As schools in the Gulf Coast struggle to rebuild now more than two years after Hurricane Katrina devastated the region, a new initiative is infusing technology into seven districts in Mississippi and in New Orleans’ Jefferson Parish. EDC is a key research partner in this three-year, $41 million initiative by Cisco.
Before war ground business to a halt in the mid-1990s, Bosnia had been a vibrant center of engineering in Eastern Europe. Today, as the region rebuilds after years of conflict, unemployment rates top 50 percent, and the industrial sector is struggling to be competitive again on the world market.
“Bosnia has an emerging economy with huge opportunities,” says EDC’s Janice Brodman. “But most companies are working with outdated skills and tools.”
School violence, terrorism, and natural disasters are all crises that have the potential to affect school-aged children. With advanced planning, schools and communities can actively prepare to respond quickly to catastrophic events, and in many cases prevent them from ever happening. To help with this process, EDC’s National Center for Mental Health Promotion and Youth Violence Prevention (NCMHPYVP) is working with its school- and community-based grantees to create the systems and infrastructure to prevent, prepare for, and respond to crisis situations.
Reinforced by the impact of Hurricane Katrina on New Orleans colleges, U.S. campuses are taking more deliberate approaches to planning for emergencies, including accidents, epidemics, natural disasters, violent incidents, and terrorist attacks.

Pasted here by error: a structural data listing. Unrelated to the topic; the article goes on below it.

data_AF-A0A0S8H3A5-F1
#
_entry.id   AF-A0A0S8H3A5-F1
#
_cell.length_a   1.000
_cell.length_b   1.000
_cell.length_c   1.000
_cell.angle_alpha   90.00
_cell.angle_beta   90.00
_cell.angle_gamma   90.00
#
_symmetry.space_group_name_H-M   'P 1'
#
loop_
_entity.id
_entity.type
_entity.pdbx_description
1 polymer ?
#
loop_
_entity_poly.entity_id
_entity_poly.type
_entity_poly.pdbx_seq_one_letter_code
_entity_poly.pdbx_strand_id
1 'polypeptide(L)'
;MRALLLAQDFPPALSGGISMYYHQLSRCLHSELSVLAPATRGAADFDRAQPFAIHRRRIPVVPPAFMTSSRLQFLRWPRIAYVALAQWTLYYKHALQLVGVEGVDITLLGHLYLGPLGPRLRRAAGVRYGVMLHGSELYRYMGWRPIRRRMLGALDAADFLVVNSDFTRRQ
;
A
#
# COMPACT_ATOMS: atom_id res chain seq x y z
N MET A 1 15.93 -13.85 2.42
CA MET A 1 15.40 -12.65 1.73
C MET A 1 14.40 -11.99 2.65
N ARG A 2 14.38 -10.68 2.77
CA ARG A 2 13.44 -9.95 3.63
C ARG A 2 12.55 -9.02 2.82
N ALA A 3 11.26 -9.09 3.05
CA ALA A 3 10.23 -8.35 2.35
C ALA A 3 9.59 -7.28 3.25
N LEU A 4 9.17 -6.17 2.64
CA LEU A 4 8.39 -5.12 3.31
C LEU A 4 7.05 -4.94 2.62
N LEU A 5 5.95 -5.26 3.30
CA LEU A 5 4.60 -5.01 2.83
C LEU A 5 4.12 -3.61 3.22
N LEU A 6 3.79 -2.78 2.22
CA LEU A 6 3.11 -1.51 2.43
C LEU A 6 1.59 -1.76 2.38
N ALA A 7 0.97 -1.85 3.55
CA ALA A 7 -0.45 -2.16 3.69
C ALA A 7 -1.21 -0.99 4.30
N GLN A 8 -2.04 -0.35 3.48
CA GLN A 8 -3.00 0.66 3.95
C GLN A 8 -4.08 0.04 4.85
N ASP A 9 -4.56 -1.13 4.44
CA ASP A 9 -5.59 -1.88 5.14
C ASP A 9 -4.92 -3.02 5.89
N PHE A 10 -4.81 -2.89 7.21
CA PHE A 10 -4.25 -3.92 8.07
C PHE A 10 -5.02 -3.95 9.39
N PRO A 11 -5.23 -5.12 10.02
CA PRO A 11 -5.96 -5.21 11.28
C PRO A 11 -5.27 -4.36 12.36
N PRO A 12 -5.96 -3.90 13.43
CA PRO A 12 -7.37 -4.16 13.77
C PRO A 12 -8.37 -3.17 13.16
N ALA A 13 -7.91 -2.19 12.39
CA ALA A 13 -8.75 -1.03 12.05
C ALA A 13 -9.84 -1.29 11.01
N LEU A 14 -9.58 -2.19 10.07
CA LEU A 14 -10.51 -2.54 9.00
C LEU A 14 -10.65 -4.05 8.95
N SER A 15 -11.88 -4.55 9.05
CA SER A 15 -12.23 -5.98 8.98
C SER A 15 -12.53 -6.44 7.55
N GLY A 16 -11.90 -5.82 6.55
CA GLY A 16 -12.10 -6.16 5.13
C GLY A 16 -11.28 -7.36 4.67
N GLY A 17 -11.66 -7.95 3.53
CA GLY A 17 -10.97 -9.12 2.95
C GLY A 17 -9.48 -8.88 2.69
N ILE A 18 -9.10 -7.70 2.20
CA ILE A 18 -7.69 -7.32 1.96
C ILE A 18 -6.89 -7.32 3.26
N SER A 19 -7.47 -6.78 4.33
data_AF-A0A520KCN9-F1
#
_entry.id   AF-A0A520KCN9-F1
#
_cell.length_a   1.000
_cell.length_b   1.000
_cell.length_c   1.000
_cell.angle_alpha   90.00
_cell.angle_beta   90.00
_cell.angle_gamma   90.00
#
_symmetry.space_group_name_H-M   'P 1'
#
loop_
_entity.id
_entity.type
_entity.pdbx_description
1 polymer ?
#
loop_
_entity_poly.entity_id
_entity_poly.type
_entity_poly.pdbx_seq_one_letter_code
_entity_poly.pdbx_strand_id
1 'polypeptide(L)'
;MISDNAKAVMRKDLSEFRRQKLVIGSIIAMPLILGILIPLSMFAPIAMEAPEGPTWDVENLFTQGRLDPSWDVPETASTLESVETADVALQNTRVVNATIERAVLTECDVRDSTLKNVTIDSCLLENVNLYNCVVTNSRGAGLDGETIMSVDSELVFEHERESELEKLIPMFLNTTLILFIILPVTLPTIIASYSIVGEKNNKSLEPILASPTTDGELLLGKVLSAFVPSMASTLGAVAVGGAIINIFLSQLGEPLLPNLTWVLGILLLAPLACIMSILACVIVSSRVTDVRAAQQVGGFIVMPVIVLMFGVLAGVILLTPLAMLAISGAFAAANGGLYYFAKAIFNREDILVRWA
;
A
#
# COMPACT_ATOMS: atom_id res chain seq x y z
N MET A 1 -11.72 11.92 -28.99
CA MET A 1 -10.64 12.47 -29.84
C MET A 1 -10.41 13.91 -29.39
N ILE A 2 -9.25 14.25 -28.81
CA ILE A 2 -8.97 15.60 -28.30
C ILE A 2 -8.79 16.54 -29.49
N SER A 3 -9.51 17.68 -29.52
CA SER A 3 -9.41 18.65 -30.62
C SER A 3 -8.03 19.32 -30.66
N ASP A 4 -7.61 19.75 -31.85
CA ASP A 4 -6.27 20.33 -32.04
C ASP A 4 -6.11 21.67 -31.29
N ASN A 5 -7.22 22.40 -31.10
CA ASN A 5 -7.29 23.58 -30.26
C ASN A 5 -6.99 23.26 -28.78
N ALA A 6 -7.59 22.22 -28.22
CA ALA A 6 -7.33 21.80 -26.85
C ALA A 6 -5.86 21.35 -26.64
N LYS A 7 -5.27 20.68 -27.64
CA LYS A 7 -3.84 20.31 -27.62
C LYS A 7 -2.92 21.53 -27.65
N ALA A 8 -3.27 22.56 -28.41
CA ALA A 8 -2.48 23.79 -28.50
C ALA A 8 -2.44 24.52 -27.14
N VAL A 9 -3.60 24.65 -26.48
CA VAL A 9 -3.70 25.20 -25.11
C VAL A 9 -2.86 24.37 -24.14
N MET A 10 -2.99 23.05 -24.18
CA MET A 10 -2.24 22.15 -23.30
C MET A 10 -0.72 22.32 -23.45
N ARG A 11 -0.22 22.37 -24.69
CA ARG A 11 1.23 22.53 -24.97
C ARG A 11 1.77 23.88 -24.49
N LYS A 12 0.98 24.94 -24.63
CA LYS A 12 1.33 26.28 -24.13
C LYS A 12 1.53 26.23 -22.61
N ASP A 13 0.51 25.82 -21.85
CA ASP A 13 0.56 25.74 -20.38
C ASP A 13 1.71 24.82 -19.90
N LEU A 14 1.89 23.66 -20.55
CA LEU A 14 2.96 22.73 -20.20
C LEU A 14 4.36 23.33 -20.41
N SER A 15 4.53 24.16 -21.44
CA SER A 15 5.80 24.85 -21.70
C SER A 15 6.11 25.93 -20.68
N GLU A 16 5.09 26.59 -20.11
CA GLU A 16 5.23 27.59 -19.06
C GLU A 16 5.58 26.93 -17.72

In line with these efforts, emergency preparedness on campus is the focus of Catalyst, a 12-page newsletter recently published by the U.S. Department of Education’s Higher Education Center for Alcohol and Other Drug Abuse and Violence Prevention (HEC). The center is operated by EDC’s Health and Human Development Programs.
Health and Human Development Programs’ (HHD) Southeast Asia Initiative has developed a new education project for youth in four Thai ‘sea gypsy’ communities the village hardest hit by the tsunami. Funding from Deutsche Bank will permit HHD to offer life skills, vocational training, market research, and formal education assistance.
In the hours following the terrorist attacks of Sept. 11, crisis responders fanned out across the country, bringing help, compassion, and solace to survivors and families of victims. Some professional volunteers drove several hundred miles to assist survivors; all put their lives on hold. Many of the volunteers were organized by the National Organization for Victim Assistance (NOVA), which held a conference in April to honor the survivors and victims of the tragedy and to identify the lessons that could be learned from the experiences.
Two days after September 11th, EDC Vice President Eric Jolly began talking to colleagues about what the organization could do to support teachers as they helped students make sense of the tragedy and its aftermath. Newspapers were beginning to carry reports of violence against Muslims and people who appeared to be of Middle Eastern descent. Recalls Jolly, “Obviously, we couldn’t do anything about the violence that had already taken place, but we thought we could help prevent attacks against new groups of innocent victims—including Arab Americans.”